The flexibility demonstrated by the surge was an important key to the success of other major accomplishments of the mobility enterprise, including last year's massive effort returning more than 34,000 tons of equipment and 95,000 personnel from Iraq at the end of Operation NEW DAWN; multimodal operations worldwide which partnered air mobility forces with their sea and land counterparts to efficiently and rapidly move Army Combat Aviation Brigades in and out of Afghanistan; and Mobility Support Advisory missions in South America and Africa that enhanced U.S. relations with partner nations by enhancing those partner's own mobility capabilities.

"In what we do, you have to be able to move quickly and adapt to rapidly changing requirements. We can do that thanks to a team of amazing innovative Airmen who look around corners, analyze what they see on the horizon, and set our mobility enterprise for success," said Ramsay.

The success of the 18th Air Force team is in part a result of the strength that comes from its diversity, said the General, who praised the command's seamless integration of Air Reserve Component and active duty Airmen. Enhancing that integration has been a continuing focus under Ramsay's tenure, highlighted by a Total Force Integration Summit in April, in which General Norton Schwartz, Chief of Staff of the Air Force noted, "Total Force Integration allows us to leverage Air Reserve Component experience, improve access to aircraft, encourage retention, and increase total force effectiveness."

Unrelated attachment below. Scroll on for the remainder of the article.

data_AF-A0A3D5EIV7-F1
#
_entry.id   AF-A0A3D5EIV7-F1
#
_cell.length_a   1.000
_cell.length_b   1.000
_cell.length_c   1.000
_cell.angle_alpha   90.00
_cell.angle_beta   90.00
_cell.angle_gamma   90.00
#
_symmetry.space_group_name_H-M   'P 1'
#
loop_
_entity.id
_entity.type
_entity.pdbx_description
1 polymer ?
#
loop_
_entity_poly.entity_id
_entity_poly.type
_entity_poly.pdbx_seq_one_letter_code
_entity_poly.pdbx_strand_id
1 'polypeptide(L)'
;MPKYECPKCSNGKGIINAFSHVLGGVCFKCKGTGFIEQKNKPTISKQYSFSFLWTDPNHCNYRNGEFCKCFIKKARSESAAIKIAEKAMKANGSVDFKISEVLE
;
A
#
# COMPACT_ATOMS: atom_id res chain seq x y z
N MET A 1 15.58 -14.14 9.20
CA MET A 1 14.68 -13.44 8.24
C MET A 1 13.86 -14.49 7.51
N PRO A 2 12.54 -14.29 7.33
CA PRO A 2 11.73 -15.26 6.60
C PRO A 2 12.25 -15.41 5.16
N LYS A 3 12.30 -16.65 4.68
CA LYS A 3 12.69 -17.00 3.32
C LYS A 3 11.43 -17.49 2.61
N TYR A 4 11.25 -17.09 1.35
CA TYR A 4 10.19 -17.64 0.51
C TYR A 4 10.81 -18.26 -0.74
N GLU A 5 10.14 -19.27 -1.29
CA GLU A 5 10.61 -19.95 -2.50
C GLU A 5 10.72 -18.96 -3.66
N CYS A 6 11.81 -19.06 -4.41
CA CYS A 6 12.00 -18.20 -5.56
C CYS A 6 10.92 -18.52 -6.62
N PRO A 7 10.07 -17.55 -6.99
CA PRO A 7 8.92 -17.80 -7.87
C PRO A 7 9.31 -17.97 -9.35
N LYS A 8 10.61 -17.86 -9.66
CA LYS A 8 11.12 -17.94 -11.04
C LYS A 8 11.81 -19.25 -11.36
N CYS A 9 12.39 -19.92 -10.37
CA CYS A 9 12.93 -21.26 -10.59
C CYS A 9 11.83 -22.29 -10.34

When General Ramsay departs the command August 6 bound for his next assignment as Director, Joint Staff Force Structure, Resources, and Assessment Directorate, he will take with him a feeling of accomplishment and a great deal of pride in the men and women he says he has been honored to serve with here.